Lakkundi, famous for the splendid edifices of the Kalyani Chalukyas (Western Chalukyas) is revered for its spiritual potency and finds mention in both the Ramayana and Mahabharat. This remote village in Gadag district has the best illustration of the unique Lakkundi school of architecture (also known as Western Chalukya style of architecture) shaped by the Kalyani Chalukyas in the form of the Kashi Vishweshwara Temple.
The Kashi Vishweshwara Temple along with the Surya Narayana Temple on the opposite side is a rare example of a twin temple sharing a mandapa. This layout is all the more interesting as the Kashi Vishweshwara Temple faces east while the Surya Narayana Temple faces west.
This unusual combination is one of its kind and makes for an interesting study. According to historians, the Kashi Vishweshwara Temple was built in the 11th century (either 1085 or 1087 CE) and either rebuilt or renovated in the 12th century by the Cholas. The modified sections of the temple have typical styling and detailing more commonly seen in the temples built across Tamil Nadu by the Cholas.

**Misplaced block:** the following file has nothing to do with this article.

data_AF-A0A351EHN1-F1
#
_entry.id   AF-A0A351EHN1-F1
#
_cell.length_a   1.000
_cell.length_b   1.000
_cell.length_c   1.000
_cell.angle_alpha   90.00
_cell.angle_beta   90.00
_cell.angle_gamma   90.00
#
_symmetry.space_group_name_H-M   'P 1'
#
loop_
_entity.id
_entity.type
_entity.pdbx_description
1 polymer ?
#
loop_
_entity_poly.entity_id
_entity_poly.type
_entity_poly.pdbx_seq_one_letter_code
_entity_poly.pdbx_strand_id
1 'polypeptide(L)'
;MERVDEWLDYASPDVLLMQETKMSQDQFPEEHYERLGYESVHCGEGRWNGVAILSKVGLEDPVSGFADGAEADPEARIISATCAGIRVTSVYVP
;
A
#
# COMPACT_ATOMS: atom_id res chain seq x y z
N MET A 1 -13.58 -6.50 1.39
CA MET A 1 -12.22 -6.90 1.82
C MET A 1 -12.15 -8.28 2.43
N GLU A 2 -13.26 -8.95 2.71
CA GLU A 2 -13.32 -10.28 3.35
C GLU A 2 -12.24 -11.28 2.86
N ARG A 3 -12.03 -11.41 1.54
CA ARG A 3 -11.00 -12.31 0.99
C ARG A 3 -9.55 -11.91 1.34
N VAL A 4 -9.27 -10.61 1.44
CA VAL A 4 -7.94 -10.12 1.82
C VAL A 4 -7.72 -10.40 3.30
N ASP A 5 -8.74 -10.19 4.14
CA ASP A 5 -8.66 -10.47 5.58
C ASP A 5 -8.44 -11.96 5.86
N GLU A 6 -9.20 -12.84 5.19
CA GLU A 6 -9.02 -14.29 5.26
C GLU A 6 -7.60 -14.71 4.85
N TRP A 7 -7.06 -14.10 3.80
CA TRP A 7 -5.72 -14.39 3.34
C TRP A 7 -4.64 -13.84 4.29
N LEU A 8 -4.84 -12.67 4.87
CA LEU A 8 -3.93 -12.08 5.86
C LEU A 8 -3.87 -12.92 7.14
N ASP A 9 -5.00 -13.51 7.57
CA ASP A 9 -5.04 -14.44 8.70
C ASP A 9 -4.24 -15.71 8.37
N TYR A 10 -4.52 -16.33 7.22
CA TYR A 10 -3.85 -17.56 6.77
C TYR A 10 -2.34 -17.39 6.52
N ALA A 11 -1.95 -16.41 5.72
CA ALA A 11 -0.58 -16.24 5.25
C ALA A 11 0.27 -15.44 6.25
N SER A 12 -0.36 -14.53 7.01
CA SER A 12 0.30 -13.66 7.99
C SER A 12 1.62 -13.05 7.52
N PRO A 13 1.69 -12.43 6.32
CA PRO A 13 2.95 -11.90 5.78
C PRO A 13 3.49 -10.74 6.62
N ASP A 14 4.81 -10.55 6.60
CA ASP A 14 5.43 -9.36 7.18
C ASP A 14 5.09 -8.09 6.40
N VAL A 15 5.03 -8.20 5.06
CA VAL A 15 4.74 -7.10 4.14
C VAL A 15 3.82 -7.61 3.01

What makes the Kashi Vishweshwara Temple so fascinating is its artistic excellence, architectural beauty and structural harmony. The external facades in particular are a visual spectacle with an array of sculptures, mouldings, repetitive linear and horizontal elements, auspicious Hindu iconography, miniature niches and the legendary Kirtimukha.
Intricately carved panels of Dasha Mahavidya, Ravana lifting Kaliash Parvat, Lord Shiva slaying Gajasura, Tarakasura vadha, Ekadasa Rudras, Twelve Adityas, apsaras, musicians, dancers, sages in tapas (penance and austerities), stories from the Puranas, the Mahabharat and the Ramayana are some of the extraordinary depictions found in the temple. Besides these, the entrance doorway to the sanctum sanctorum has stunning ornamentation with Gajalakshmi, Lord Shiva and Parvati in the middle flanked by Lord Brahma and Lord Vishnu on the Lalata Bimba.
Sapta Matrikas, Lord Ganesha, Lord Surya with his two wives, repetitive floral and foliage motifs adorn the doorway. The pillars, pilasters, door jambs, mouldings, beams and even the ceiling are richly decorated. Lord Shiva is consecrated in the form of a Linga in the garbha griha.
The entire temple exudes elegance, charm, grandeur and astounding skill and craftsmanship. Though many sculptures were destroyed and defaced by the Muslim invaders, those that have survived are nothing short of impeccable.
Written by Lakshmi Subramanian